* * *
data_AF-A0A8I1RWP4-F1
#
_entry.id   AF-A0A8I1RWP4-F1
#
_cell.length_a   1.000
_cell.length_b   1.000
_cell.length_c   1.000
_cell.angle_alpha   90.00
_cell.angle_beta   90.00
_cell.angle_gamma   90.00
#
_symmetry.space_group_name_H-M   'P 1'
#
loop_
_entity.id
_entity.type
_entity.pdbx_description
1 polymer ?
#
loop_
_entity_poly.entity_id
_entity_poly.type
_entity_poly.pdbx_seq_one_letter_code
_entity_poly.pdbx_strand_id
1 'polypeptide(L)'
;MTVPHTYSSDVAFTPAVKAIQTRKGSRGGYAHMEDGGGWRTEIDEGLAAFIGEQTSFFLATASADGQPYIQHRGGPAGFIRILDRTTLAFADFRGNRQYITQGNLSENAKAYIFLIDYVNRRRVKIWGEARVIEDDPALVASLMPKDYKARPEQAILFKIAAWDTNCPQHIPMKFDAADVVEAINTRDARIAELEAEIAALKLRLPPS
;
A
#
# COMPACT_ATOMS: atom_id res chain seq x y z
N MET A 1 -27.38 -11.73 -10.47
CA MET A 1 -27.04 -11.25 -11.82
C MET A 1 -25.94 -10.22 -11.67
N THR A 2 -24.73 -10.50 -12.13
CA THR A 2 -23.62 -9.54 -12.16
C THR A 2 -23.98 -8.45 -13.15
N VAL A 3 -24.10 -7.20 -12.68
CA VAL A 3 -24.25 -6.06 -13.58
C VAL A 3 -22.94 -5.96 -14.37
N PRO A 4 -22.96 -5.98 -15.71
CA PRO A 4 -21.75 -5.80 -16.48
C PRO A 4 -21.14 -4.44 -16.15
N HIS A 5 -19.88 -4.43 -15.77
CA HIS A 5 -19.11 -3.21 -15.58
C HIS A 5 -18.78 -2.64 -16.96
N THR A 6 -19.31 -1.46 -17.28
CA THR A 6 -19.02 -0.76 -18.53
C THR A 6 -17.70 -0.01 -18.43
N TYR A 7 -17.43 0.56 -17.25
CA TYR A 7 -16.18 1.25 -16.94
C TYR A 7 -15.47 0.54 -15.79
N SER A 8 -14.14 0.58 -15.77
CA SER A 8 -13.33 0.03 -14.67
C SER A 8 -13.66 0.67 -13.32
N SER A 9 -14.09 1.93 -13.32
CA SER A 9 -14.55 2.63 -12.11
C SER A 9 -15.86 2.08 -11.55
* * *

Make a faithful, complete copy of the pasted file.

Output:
data_AF-A0A8I1RWP4-F1
#
_entry.id   AF-A0A8I1RWP4-F1
#
_cell.length_a   1.000
_cell.length_b   1.000
_cell.length_c   1.000
_cell.angle_alpha   90.00
_cell.angle_beta   90.00
_cell.angle_gamma   90.00
#
_symmetry.space_group_name_H-M   'P 1'
#
loop_
_entity.id
_entity.type
_entity.pdbx_description
1 polymer ?
#
loop_
_entity_poly.entity_id
_entity_poly.type
_entity_poly.pdbx_seq_one_letter_code
_entity_poly.pdbx_strand_id
1 'polypeptide(L)'
;MTVPHTYSSDVAFTPAVKAIQTRKGSRGGYAHMEDGGGWRTEIDEGLAAFIGEQTSFFLATASADGQPYIQHRGGPAGFIRILDRTTLAFADFRGNRQYITQGNLSENAKAYIFLIDYVNRRRVKIWGEARVIEDDPALVASLMPKDYKARPEQAILFKIAAWDTNCPQHIPMKFDAADVVEAINTRDARIAELEAEIAALKLRLPPS
;
A
#
# COMPACT_ATOMS: atom_id res chain seq x y z
N MET A 1 -27.38 -11.73 -10.47
CA MET A 1 -27.04 -11.25 -11.82
C MET A 1 -25.94 -10.22 -11.67
N THR A 2 -24.73 -10.50 -12.13
CA THR A 2 -23.62 -9.54 -12.16
C THR A 2 -23.98 -8.45 -13.15
N VAL A 3 -24.10 -7.20 -12.68
CA VAL A 3 -24.25 -6.06 -13.58
C VAL A 3 -22.94 -5.96 -14.37
N PRO A 4 -22.96 -5.98 -15.71
CA PRO A 4 -21.75 -5.80 -16.48
C PRO A 4 -21.14 -4.44 -16.15
N HIS A 5 -19.88 -4.43 -15.77
CA HIS A 5 -19.11 -3.21 -15.58
C HIS A 5 -18.78 -2.64 -16.96
N THR A 6 -19.31 -1.46 -17.28
CA THR A 6 -19.02 -0.76 -18.53
C THR A 6 -17.70 -0.01 -18.43
N TYR A 7 -17.43 0.56 -17.25
CA TYR A 7 -16.18 1.25 -16.94
C TYR A 7 -15.47 0.54 -15.79
N SER A 8 -14.14 0.58 -15.77
CA SER A 8 -13.33 0.03 -14.67
C SER A 8 -13.66 0.67 -13.32
N SER A 9 -14.09 1.93 -13.32
CA SER A 9 -14.55 2.63 -12.11
C SER A 9 -15.86 2.08 -11.55